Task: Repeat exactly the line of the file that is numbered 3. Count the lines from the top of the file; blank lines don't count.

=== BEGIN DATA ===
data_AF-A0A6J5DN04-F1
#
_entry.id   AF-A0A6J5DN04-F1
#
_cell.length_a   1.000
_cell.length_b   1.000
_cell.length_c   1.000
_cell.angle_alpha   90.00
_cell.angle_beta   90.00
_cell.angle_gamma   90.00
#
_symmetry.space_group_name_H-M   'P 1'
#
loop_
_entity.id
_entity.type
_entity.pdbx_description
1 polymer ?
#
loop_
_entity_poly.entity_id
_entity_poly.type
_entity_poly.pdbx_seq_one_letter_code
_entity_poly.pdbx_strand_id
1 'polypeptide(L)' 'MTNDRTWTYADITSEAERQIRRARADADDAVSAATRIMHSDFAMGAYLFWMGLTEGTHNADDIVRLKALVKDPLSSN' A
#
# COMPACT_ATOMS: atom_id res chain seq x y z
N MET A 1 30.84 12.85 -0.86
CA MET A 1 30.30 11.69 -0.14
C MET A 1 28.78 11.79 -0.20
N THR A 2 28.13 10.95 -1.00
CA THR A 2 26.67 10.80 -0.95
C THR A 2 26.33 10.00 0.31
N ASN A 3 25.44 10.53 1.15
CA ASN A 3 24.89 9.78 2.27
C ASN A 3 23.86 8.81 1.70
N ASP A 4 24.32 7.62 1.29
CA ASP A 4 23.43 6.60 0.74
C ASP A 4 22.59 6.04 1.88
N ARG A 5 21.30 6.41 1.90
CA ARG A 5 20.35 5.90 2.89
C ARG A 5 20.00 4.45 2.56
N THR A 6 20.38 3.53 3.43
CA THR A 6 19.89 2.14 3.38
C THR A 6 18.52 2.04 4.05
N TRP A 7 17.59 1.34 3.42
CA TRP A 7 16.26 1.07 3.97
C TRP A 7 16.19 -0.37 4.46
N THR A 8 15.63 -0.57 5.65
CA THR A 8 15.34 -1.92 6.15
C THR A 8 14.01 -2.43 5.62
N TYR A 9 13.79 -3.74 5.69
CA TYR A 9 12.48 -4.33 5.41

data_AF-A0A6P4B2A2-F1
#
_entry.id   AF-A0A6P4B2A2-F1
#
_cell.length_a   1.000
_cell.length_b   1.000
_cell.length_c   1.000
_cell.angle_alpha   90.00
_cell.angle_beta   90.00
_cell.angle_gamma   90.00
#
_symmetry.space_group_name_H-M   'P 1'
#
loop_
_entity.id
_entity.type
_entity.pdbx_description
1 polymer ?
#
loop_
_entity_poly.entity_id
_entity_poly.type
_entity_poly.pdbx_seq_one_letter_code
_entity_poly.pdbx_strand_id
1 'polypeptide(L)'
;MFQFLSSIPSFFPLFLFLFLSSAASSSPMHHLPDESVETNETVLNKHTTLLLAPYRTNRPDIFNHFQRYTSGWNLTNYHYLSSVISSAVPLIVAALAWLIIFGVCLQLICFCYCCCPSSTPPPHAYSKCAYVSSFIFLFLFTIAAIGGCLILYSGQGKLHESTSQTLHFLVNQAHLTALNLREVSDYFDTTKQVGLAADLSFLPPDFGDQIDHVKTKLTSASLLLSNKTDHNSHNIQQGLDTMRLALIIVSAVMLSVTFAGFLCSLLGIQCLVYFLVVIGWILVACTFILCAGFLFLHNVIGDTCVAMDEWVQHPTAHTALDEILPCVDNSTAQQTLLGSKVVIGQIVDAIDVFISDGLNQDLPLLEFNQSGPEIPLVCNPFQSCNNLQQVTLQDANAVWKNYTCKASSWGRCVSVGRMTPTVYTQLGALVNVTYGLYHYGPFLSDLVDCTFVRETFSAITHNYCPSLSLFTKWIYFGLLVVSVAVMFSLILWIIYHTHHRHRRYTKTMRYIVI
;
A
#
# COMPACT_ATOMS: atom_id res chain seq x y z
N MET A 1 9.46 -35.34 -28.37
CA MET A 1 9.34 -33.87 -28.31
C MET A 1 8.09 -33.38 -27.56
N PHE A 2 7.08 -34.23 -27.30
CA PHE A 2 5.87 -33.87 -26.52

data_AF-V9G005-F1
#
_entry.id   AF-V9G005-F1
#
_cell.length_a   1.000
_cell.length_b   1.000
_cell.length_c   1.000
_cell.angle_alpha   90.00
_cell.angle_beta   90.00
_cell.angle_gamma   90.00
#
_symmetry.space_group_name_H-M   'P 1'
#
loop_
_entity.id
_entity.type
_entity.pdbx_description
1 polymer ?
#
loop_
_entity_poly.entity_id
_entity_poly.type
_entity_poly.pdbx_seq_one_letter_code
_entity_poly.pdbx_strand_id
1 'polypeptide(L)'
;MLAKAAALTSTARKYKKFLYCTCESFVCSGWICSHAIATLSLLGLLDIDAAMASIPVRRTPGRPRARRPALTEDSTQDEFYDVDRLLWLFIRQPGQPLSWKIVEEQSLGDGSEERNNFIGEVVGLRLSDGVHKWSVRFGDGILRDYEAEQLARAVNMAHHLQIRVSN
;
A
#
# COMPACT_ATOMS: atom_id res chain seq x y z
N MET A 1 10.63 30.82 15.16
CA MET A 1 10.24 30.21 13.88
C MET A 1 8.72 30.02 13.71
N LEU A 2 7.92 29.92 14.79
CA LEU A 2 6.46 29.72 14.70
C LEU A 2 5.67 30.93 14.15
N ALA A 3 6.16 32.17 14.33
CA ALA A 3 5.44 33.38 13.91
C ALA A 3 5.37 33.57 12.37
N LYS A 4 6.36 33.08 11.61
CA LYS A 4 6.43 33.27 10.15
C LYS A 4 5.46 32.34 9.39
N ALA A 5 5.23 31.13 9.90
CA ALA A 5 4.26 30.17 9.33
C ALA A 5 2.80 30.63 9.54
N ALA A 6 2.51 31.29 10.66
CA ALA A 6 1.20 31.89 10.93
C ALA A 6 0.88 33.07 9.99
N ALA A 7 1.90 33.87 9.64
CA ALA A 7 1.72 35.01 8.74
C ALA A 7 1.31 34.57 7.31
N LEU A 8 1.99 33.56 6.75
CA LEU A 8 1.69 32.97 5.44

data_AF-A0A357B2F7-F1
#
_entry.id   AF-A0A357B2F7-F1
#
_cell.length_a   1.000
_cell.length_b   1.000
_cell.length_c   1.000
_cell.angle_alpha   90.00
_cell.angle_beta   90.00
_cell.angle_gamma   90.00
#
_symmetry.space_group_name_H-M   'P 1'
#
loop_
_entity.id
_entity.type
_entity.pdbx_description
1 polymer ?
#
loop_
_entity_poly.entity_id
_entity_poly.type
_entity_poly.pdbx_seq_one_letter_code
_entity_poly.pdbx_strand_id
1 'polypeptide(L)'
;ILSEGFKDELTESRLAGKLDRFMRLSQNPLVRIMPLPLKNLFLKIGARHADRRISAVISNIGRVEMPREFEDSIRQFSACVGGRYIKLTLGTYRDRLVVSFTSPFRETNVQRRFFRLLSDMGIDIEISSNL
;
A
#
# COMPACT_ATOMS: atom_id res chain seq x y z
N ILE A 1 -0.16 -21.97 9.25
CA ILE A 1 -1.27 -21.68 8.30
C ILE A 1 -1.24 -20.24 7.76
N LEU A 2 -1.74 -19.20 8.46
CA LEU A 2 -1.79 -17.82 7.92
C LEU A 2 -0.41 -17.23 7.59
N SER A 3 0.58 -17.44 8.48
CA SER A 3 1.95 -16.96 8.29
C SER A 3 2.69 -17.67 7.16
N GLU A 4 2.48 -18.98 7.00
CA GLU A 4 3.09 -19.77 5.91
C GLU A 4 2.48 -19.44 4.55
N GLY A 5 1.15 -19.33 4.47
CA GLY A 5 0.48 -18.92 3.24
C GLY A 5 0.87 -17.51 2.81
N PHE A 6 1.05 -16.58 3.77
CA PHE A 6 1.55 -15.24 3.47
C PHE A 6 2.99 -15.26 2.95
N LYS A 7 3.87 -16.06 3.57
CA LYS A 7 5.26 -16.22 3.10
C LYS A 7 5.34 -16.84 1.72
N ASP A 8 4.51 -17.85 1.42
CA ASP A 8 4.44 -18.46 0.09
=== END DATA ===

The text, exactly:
_entry.id   AF-A0A6J5DN04-F1